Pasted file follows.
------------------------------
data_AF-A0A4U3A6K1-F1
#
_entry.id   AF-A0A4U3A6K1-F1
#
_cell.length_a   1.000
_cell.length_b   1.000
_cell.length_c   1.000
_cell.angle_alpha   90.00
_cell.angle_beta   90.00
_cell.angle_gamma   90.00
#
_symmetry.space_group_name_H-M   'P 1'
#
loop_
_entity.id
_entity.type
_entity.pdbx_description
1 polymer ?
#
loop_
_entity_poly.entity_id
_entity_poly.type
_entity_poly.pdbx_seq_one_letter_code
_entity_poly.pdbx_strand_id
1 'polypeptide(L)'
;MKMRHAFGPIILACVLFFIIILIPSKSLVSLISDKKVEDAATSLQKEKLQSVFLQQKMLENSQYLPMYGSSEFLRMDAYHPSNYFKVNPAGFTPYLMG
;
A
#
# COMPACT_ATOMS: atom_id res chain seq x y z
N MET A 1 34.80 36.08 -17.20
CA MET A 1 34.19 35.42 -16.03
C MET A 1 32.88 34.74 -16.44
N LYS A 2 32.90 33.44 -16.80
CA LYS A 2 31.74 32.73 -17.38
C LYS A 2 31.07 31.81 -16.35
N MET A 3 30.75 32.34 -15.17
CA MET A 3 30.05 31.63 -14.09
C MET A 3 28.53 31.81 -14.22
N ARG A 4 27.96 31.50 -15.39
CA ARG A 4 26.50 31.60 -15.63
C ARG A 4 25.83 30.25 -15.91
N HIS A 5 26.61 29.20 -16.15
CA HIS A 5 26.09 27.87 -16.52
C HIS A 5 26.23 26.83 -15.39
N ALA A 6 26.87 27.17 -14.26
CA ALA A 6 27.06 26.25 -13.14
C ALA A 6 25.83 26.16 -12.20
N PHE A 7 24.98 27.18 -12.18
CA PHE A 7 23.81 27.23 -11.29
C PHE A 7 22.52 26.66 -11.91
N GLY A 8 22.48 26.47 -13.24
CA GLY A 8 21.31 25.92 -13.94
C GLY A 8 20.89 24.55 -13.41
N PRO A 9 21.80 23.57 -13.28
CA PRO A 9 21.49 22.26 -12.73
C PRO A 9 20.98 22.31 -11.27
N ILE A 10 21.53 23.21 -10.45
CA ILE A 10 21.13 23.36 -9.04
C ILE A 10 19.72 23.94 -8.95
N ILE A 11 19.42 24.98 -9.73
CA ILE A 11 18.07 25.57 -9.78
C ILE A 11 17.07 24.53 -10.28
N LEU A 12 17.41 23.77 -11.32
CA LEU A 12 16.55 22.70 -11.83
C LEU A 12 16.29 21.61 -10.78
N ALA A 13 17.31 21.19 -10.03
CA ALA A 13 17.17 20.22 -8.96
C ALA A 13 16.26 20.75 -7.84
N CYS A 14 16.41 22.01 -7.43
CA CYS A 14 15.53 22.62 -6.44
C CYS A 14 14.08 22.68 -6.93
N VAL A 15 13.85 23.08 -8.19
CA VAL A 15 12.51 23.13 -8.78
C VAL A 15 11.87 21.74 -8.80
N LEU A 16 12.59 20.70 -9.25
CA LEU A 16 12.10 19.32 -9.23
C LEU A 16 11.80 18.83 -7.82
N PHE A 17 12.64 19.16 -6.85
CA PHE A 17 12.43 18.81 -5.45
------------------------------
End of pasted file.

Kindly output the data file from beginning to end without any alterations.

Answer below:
data_AF-A0A4U3A6K1-F1
#
_entry.id   AF-A0A4U3A6K1-F1
#
_cell.length_a   1.000
_cell.length_b   1.000
_cell.length_c   1.000
_cell.angle_alpha   90.00
_cell.angle_beta   90.00
_cell.angle_gamma   90.00
#
_symmetry.space_group_name_H-M   'P 1'
#
loop_
_entity.id
_entity.type
_entity.pdbx_description
1 polymer ?
#
loop_
_entity_poly.entity_id
_entity_poly.type
_entity_poly.pdbx_seq_one_letter_code
_entity_poly.pdbx_strand_id
1 'polypeptide(L)'
;MKMRHAFGPIILACVLFFIIILIPSKSLVSLISDKKVEDAATSLQKEKLQSVFLQQKMLENSQYLPMYGSSEFLRMDAYHPSNYFKVNPAGFTPYLMG
;
A
#
# COMPACT_ATOMS: atom_id res chain seq x y z
N MET A 1 34.80 36.08 -17.20
CA MET A 1 34.19 35.42 -16.03
C MET A 1 32.88 34.74 -16.44
N LYS A 2 32.90 33.44 -16.80
CA LYS A 2 31.74 32.73 -17.38
C LYS A 2 31.07 31.81 -16.35
N MET A 3 30.75 32.34 -15.17
CA MET A 3 30.05 31.63 -14.09
C MET A 3 28.53 31.81 -14.22
N ARG A 4 27.96 31.50 -15.39
CA ARG A 4 26.50 31.60 -15.63
C ARG A 4 25.83 30.25 -15.91
N HIS A 5 26.61 29.20 -16.15
CA HIS A 5 26.09 27.87 -16.52
C HIS A 5 26.23 26.83 -15.39
N ALA A 6 26.87 27.17 -14.26
CA ALA A 6 27.06 26.25 -13.14
C ALA A 6 25.83 26.16 -12.20
N PHE A 7 24.98 27.18 -12.18
CA PHE A 7 23.81 27.23 -11.29
C PHE A 7 22.52 26.66 -11.91
N GLY A 8 22.48 26.47 -13.24
CA GLY A 8 21.31 25.92 -13.94
C GLY A 8 20.89 24.55 -13.41
N PRO A 9 21.80 23.57 -13.28
CA PRO A 9 21.49 22.26 -12.73
C PRO A 9 20.98 22.31 -11.27
N ILE A 10 21.53 23.21 -10.45
CA ILE A 10 21.13 23.36 -9.04
C ILE A 10 19.72 23.94 -8.95
N ILE A 11 19.42 24.98 -9.73
CA ILE A 11 18.07 25.57 -9.78
C ILE A 11 17.07 24.53 -10.28
N LEU A 12 17.41 23.77 -11.32
CA LEU A 12 16.55 22.70 -11.83
C LEU A 12 16.29 21.61 -10.78
N ALA A 13 17.31 21.19 -10.03
CA ALA A 13 17.17 20.22 -8.96
C ALA A 13 16.26 20.75 -7.84
N CYS A 14 16.41 22.01 -7.43
CA CYS A 14 15.53 22.62 -6.44
C CYS A 14 14.08 22.68 -6.93
N VAL A 15 13.85 23.08 -8.19
CA VAL A 15 12.51 23.13 -8.78
C VAL A 15 11.87 21.74 -8.80
N LEU A 16 12.59 20.70 -9.25
CA LEU A 16 12.10 19.32 -9.23
C LEU A 16 11.80 18.83 -7.82
N PHE A 17 12.64 19.16 -6.85
CA PHE A 17 12.43 18.81 -5.45